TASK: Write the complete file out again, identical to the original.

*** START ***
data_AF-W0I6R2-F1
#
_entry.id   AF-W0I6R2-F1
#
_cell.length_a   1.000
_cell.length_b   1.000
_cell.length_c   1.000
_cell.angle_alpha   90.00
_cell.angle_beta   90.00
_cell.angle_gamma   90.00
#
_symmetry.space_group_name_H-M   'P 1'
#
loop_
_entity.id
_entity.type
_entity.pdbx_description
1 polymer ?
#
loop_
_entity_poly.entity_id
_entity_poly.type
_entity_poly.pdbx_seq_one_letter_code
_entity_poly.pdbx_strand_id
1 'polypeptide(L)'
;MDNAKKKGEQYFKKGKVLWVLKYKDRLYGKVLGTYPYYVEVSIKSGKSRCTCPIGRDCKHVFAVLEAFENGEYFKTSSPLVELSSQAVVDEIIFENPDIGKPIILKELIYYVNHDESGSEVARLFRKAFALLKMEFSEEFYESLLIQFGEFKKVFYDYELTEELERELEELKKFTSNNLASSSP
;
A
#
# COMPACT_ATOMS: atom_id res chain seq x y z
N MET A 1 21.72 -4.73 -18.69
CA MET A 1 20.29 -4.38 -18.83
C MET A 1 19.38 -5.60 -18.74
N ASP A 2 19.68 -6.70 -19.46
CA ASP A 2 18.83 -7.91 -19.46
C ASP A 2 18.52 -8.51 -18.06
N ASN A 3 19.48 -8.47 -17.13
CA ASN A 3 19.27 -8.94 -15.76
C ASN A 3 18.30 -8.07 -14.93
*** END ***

data_AF-W0I6R2-F1
#
_entry.id   AF-W0I6R2-F1
#
_cell.length_a   1.000
_cell.length_b   1.000
_cell.length_c   1.000
_cell.angle_alpha   90.00
_cell.angle_beta   90.00
_cell.angle_gamma   90.00
#
_symmetry.space_group_name_H-M   'P 1'
#
loop_
_entity.id
_entity.type
_entity.pdbx_description
1 polymer ?
#
loop_
_entity_poly.entity_id
_entity_poly.type
_entity_poly.pdbx_seq_one_letter_code
_entity_poly.pdbx_strand_id
1 'polypeptide(L)'
;MDNAKKKGEQYFKKGKVLWVLKYKDRLYGKVLGTYPYYVEVSIKSGKSRCTCPIGRDCKHVFAVLEAFENGEYFKTSSPLVELSSQAVVDEIIFENPDIGKPIILKELIYYVNHDESGSEVARLFRKAFALLKMEFSEEFYESLLIQFGEFKKVFYDYELTEELERELEELKKFTSNNLASSSP
;
A
#
# COMPACT_ATOMS: atom_id res chain seq x y z
N MET A 1 21.72 -4.73 -18.69
CA MET A 1 20.29 -4.38 -18.83
C MET A 1 19.38 -5.60 -18.74
N ASP A 2 19.68 -6.70 -19.46
CA ASP A 2 18.83 -7.91 -19.46
C ASP A 2 18.52 -8.51 -18.06
N ASN A 3 19.48 -8.47 -17.13
CA ASN A 3 19.27 -8.94 -15.76
C ASN A 3 18.30 -8.07 -14.93